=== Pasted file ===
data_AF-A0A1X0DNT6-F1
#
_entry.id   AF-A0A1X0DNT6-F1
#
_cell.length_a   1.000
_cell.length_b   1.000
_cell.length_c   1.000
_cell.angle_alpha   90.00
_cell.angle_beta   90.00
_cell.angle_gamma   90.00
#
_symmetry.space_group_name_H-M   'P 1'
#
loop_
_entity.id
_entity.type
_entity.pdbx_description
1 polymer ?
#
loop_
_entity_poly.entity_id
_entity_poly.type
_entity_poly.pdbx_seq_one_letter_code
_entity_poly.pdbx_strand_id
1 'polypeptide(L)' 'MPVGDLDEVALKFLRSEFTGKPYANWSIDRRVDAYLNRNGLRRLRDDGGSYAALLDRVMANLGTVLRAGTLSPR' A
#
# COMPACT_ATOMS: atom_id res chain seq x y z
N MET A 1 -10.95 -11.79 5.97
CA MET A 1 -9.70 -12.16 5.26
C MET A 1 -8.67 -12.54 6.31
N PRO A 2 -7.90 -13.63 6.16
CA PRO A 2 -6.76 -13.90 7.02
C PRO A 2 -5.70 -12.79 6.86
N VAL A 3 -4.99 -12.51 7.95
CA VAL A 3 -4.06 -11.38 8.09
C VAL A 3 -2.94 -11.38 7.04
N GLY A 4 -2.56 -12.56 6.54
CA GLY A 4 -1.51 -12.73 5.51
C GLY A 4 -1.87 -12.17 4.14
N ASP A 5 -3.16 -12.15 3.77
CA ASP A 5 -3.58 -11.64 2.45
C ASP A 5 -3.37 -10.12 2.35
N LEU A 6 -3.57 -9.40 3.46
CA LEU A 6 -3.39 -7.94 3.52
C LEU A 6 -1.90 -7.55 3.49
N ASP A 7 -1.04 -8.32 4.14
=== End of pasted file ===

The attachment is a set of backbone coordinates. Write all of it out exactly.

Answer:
data_AF-A0A1X0DNT6-F1
#
_entry.id   AF-A0A1X0DNT6-F1
#
_cell.length_a   1.000
_cell.length_b   1.000
_cell.length_c   1.000
_cell.angle_alpha   90.00
_cell.angle_beta   90.00
_cell.angle_gamma   90.00
#
_symmetry.space_group_name_H-M   'P 1'
#
loop_
_entity.id
_entity.type
_entity.pdbx_description
1 polymer ?
#
loop_
_entity_poly.entity_id
_entity_poly.type
_entity_poly.pdbx_seq_one_letter_code
_entity_poly.pdbx_strand_id
1 'polypeptide(L)' 'MPVGDLDEVALKFLRSEFTGKPYANWSIDRRVDAYLNRNGLRRLRDDGGSYAALLDRVMANLGTVLRAGTLSPR' A
#
# COMPACT_ATOMS: atom_id res chain seq x y z
N MET A 1 -10.95 -11.79 5.97
CA MET A 1 -9.70 -12.16 5.26
C MET A 1 -8.67 -12.54 6.31
N PRO A 2 -7.90 -13.63 6.16
CA PRO A 2 -6.76 -13.90 7.02
C PRO A 2 -5.70 -12.79 6.86
N VAL A 3 -4.99 -12.51 7.95
CA VAL A 3 -4.06 -11.38 8.09
C VAL A 3 -2.94 -11.38 7.04
N GLY A 4 -2.56 -12.56 6.54
CA GLY A 4 -1.51 -12.73 5.51
C GLY A 4 -1.87 -12.17 4.14
N ASP A 5 -3.16 -12.15 3.77
CA ASP A 5 -3.58 -11.64 2.45
C ASP A 5 -3.37 -10.12 2.35
N LEU A 6 -3.57 -9.40 3.46
CA LEU A 6 -3.39 -7.94 3.52
C LEU A 6 -1.90 -7.55 3.49
N ASP A 7 -1.04 -8.32 4.14